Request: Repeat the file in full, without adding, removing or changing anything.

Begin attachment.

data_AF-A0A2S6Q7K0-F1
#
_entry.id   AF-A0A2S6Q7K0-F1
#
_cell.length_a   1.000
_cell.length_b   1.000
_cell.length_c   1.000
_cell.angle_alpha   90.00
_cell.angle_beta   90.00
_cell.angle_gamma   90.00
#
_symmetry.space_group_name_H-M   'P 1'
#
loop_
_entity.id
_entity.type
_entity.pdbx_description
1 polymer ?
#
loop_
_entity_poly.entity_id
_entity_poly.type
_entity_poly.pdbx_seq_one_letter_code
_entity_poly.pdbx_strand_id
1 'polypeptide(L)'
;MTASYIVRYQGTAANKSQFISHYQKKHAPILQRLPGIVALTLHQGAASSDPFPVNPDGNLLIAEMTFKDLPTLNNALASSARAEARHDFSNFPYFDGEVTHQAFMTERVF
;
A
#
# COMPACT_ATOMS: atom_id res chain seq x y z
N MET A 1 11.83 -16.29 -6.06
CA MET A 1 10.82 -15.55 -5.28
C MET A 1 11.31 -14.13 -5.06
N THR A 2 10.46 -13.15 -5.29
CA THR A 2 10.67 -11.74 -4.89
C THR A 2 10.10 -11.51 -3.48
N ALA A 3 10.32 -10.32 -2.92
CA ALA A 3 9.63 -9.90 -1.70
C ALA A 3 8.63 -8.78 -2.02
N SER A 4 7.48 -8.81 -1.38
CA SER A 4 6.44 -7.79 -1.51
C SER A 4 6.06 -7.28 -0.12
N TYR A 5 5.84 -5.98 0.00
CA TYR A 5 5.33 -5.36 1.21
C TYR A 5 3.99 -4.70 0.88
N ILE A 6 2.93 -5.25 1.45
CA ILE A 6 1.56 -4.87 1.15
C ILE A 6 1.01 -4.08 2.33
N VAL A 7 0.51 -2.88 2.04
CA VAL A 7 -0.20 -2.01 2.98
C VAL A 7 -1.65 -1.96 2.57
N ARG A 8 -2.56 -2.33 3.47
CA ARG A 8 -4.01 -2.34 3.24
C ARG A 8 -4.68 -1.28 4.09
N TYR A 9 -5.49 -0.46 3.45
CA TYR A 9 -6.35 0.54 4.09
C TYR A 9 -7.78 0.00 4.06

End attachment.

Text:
data_AF-A0A2S6Q7K0-F1
#
_entry.id   AF-A0A2S6Q7K0-F1
#
_cell.length_a   1.000
_cell.length_b   1.000
_cell.length_c   1.000
_cell.angle_alpha   90.00
_cell.angle_beta   90.00
_cell.angle_gamma   90.00
#
_symmetry.space_group_name_H-M   'P 1'
#
loop_
_entity.id
_entity.type
_entity.pdbx_description
1 polymer ?
#
loop_
_entity_poly.entity_id
_entity_poly.type
_entity_poly.pdbx_seq_one_letter_code
_entity_poly.pdbx_strand_id
1 'polypeptide(L)'
;MTASYIVRYQGTAANKSQFISHYQKKHAPILQRLPGIVALTLHQGAASSDPFPVNPDGNLLIAEMTFKDLPTLNNALASSARAEARHDFSNFPYFDGEVTHQAFMTERVF
;
A
#
# COMPACT_ATOMS: atom_id res chain seq x y z
N MET A 1 11.83 -16.29 -6.06
CA MET A 1 10.82 -15.55 -5.28
C MET A 1 11.31 -14.13 -5.06
N THR A 2 10.46 -13.15 -5.29
CA THR A 2 10.67 -11.74 -4.89
C THR A 2 10.10 -11.51 -3.48
N ALA A 3 10.32 -10.32 -2.92
CA ALA A 3 9.63 -9.90 -1.70
C ALA A 3 8.63 -8.78 -2.02
N SER A 4 7.48 -8.81 -1.38
CA SER A 4 6.44 -7.79 -1.51
C SER A 4 6.06 -7.28 -0.12
N TYR A 5 5.84 -5.98 0.00
CA TYR A 5 5.33 -5.36 1.21
C TYR A 5 3.99 -4.70 0.88
N ILE A 6 2.93 -5.25 1.45
CA ILE A 6 1.56 -4.87 1.15
C ILE A 6 1.01 -4.08 2.33
N VAL A 7 0.51 -2.88 2.04
CA VAL A 7 -0.20 -2.01 2.98
C VAL A 7 -1.65 -1.96 2.57
N ARG A 8 -2.56 -2.33 3.47
CA ARG A 8 -4.01 -2.34 3.24
C ARG A 8 -4.68 -1.28 4.09
N TYR A 9 -5.49 -0.46 3.45
CA TYR A 9 -6.35 0.54 4.09
C TYR A 9 -7.78 0.00 4.06